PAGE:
I could probably write a book about the ways in which my Ugandan family has informed and challenged my own discipleship, but I have narrowed them down to five major faith lessons.

Faith lesson #1: always room at the inn

My host family’s house is a veritable revolving door of visitors and guests. Family, friends, friends-of-friends, co-workers, community partners and complete strangers show up unannounced throughout the day, oftentimes requiring a hearty meal and/or a place to sleep.

They are always, always welcomed with enthusiastic hospitality.

Nicole with Delight, host family's youngest sibling
Nicole with Delight, host family’s youngest sibling

Part of this, of course, is cultural: the people of Uganda are renowned across Sub-Saharan Africa for their incredible hospitality. Upon entering any home, you are sure to receive a vigorous greeting: “Oooooh, you are MOST welcome!” is followed by an exchange in which your host clasps your hands for the duration of your conversation. At first, I found this constant physical touch to be somewhat disconcerting, but I came to love the way it signified the full focus of the person with whom I was talking. In Uganda, I never felt like I was competing with a smart phone (and, yes, they do exist there!) for someone’s attention.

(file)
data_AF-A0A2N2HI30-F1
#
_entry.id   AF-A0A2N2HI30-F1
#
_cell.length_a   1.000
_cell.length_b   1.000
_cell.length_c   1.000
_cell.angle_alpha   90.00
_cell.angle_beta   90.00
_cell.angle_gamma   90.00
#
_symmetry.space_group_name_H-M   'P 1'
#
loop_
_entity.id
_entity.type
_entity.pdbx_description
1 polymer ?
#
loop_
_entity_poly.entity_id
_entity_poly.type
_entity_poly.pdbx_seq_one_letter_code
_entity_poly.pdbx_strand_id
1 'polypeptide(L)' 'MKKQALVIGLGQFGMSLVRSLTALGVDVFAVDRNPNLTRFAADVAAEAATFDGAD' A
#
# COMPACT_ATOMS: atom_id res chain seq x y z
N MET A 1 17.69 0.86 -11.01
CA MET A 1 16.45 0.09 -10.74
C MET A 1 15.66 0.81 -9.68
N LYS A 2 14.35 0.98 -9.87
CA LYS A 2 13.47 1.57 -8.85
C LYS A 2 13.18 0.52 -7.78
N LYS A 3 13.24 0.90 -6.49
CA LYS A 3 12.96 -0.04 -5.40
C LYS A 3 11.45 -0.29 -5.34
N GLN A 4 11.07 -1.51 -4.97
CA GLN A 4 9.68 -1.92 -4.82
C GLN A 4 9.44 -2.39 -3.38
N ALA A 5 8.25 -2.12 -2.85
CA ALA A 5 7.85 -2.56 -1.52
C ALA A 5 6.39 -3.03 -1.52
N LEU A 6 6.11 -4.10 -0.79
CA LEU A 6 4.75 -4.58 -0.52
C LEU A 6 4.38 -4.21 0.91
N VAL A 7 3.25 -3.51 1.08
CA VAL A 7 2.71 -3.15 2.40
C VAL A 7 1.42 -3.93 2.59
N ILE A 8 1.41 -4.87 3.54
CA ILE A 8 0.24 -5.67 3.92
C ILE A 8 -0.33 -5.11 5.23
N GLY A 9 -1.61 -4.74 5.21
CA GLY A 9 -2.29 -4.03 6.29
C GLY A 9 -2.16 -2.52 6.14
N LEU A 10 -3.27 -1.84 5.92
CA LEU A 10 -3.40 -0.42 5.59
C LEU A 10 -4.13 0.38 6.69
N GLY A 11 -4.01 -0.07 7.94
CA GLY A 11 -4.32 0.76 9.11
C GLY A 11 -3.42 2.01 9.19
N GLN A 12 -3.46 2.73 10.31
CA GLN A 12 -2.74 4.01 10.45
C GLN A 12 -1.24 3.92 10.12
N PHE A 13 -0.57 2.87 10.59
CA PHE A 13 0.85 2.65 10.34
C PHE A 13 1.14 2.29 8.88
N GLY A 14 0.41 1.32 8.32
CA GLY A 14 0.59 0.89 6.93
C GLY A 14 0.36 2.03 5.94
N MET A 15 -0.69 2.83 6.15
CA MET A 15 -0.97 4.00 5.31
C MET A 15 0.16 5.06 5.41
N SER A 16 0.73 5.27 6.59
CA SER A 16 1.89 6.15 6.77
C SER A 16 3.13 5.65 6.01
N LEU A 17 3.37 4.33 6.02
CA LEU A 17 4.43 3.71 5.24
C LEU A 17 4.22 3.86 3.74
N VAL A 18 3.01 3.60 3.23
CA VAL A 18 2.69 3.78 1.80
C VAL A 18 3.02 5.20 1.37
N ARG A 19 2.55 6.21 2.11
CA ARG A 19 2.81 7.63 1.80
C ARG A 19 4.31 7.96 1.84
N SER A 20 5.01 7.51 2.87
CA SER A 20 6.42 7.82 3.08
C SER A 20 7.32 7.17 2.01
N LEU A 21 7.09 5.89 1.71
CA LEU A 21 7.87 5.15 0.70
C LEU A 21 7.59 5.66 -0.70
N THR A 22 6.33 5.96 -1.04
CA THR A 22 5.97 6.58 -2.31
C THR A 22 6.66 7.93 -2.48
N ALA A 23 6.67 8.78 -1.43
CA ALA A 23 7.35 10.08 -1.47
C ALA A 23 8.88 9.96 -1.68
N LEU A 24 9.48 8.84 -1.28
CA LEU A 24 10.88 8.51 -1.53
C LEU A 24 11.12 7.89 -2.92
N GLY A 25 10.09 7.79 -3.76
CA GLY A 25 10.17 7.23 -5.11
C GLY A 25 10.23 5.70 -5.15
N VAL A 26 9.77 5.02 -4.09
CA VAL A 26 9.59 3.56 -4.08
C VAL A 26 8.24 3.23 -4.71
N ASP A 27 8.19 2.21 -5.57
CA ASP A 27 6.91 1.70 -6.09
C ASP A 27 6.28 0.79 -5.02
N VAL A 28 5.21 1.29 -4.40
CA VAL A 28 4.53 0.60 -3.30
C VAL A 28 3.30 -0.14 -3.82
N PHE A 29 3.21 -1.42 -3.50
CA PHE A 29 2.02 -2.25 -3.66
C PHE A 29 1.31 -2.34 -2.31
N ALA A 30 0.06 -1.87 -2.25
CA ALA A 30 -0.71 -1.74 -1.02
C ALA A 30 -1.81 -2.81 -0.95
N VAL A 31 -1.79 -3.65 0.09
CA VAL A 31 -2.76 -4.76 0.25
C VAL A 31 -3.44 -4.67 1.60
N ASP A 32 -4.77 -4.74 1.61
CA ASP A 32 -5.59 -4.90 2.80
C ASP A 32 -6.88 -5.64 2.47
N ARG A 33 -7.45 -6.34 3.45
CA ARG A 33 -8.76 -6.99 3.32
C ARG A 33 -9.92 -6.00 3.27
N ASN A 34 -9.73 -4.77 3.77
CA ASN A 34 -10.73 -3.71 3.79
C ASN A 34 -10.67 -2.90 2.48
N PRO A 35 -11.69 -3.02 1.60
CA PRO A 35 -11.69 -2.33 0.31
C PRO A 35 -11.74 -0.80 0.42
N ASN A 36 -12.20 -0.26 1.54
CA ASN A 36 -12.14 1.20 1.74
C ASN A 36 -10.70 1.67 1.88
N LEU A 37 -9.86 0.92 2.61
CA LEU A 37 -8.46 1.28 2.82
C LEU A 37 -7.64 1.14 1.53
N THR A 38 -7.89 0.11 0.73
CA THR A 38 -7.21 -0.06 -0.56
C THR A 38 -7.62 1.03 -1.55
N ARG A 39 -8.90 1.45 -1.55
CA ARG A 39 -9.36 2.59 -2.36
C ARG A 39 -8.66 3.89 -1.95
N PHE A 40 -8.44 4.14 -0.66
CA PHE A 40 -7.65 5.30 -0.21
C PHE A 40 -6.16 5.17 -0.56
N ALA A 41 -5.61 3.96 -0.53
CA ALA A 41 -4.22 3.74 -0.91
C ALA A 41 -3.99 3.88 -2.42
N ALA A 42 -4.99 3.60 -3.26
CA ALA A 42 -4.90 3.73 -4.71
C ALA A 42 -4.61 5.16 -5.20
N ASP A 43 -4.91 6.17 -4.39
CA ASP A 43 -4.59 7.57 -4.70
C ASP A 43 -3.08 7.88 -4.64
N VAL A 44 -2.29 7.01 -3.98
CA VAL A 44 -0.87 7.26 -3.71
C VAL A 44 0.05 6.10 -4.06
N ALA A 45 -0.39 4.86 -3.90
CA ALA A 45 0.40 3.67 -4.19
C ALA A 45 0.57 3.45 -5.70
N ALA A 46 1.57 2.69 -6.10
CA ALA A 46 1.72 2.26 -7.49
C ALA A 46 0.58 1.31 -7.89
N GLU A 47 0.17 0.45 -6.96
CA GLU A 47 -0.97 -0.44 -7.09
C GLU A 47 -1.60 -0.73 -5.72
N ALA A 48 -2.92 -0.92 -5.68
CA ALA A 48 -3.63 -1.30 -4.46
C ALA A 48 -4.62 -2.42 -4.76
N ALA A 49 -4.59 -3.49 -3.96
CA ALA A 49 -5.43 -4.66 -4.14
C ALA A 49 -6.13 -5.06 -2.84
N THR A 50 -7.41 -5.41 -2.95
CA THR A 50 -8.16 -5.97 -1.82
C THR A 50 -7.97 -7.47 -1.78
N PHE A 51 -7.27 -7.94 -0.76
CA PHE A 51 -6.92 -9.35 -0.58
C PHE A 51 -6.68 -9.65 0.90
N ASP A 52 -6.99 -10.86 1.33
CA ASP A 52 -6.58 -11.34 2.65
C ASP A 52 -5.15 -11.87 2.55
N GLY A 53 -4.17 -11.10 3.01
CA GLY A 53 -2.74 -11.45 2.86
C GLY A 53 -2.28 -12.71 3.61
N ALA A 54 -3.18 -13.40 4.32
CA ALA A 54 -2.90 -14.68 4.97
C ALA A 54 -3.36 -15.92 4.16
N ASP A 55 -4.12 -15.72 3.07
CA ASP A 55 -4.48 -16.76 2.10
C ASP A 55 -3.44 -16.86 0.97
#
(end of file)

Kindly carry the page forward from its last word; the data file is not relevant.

My host family, however, takes Ugandan hospitality to another level. Far beyond cultural expectations, they invite people into their home with relentless joy … and into their hearts with unquestioning love. They set a place for their guests at the table, and prepare for them a mattress complete with mosquito net; they invite their visitors into their evening prayer ritual, and thank God for their presence among them. They do this over and over again. Every. Single. Day.